One of the most powerful movies I’ve seen this year wasn’t in a theatre but on Netflix. It is the documentary 13th which seems appropriate to recommend today given that it’s Martin Luther King Jr. Day.
So here’s a really pathetic thing which I’m not sure is my fault, or that of my education, but as a someone with a law degree I did not realize until I watched this documentary that the 13th Amendment of the Constitution abolished slavery “EXCEPT as a punishment of a crime whereof the party shall have been duly convicted…” Wow, I mean, I watched Stephen Spielberg’s movie Lincoln and I knew that the 13th Amendment was one of his signature accomplishments but that story kind of ended right after its passage with Lincoln’s assassination and it kind of skimmed over the whole punishment of crime stuff.
Watching 13th you become aware of what the 13th Amendment means in practice, specifically for African-Americans who were/are disproportionally subject to prison labor, to the War on Crime in the 80’s and to today’s huge levels of incarceration, levels so high that there is a name for it, the prison industrial complex. It’s a tough watch, but so necessary to understand how we are where we are today. Just. Watch. It.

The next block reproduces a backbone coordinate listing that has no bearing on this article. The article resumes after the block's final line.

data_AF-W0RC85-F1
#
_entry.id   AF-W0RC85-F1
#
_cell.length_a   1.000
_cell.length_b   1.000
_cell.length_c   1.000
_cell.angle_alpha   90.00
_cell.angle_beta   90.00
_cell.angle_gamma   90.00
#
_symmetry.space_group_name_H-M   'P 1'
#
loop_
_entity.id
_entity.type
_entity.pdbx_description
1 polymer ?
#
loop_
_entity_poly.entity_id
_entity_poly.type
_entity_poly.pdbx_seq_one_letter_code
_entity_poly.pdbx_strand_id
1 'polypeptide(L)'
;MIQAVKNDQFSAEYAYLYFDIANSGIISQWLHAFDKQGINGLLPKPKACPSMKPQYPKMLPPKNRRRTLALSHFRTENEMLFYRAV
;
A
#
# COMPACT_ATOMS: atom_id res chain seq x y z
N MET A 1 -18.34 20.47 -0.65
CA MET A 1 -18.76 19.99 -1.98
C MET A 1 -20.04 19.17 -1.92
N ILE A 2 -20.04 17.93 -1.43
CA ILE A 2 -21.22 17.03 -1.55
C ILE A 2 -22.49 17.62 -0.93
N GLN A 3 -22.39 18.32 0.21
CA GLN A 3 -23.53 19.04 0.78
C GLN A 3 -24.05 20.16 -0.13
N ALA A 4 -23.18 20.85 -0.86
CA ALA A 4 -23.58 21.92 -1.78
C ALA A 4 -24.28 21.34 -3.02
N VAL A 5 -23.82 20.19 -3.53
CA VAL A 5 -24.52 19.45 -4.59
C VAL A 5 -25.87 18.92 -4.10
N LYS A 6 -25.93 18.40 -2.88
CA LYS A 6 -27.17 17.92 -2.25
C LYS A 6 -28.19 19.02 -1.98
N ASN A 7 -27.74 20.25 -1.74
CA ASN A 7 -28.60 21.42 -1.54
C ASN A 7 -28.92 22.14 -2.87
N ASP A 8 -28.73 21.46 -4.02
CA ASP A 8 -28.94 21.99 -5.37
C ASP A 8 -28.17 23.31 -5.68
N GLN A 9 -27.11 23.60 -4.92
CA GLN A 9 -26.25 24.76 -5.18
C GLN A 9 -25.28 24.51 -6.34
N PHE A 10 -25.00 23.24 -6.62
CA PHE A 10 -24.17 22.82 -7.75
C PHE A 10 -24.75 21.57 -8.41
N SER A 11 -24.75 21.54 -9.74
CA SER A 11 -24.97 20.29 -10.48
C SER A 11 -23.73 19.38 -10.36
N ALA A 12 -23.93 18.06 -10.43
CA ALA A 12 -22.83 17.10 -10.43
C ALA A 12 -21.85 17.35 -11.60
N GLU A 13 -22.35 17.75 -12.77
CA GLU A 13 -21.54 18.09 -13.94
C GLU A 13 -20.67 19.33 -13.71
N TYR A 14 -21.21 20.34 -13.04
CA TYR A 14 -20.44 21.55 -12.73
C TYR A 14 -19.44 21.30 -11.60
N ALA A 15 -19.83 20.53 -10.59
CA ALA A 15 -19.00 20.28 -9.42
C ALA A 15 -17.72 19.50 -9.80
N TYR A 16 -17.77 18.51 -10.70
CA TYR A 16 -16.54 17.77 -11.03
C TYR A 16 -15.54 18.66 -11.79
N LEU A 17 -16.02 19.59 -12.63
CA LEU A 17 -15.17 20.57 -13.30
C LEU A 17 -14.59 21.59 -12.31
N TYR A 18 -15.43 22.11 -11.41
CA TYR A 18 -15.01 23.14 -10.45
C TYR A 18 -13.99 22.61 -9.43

I’d like to end with a quote from Martin Luther King, Jr. It’s from his letter from Birmingham Jail which to an extent addresses crime and punishment and is something to ponder.
“How can you advocate breaking some laws and obeying others?” The answer lies in the fact that there are two types of laws: just and unjust. I would be the first to advocate obeying just laws. One has not only a legal but a moral responsibility to obey just laws. Conversely, one has a moral responsibility to disobey unjust laws. I would agree with St. Augustine that “an unjust law is no law at all.”
13th was directed by Ava DuVernay, the same powerhouse that gave us the 2014 movie Selma.